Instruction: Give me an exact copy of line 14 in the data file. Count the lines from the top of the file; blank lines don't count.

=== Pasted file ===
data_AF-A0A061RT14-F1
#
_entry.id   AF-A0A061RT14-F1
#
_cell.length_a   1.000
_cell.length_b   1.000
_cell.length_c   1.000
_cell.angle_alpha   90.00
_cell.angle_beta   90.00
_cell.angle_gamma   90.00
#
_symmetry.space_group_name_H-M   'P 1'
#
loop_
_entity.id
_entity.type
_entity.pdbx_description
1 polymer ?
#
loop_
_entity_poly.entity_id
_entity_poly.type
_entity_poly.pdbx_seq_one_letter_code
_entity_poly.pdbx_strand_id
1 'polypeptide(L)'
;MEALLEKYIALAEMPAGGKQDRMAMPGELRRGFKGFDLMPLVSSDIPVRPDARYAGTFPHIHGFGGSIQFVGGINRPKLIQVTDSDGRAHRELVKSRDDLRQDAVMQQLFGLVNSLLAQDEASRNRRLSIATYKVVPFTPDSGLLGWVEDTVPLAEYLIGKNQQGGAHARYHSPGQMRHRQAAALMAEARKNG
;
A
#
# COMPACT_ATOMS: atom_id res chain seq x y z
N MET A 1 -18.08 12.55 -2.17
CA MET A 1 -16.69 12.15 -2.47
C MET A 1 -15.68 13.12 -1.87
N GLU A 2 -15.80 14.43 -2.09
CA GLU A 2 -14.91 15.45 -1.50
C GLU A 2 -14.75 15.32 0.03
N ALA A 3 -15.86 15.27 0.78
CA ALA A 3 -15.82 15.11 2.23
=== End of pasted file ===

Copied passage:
loop_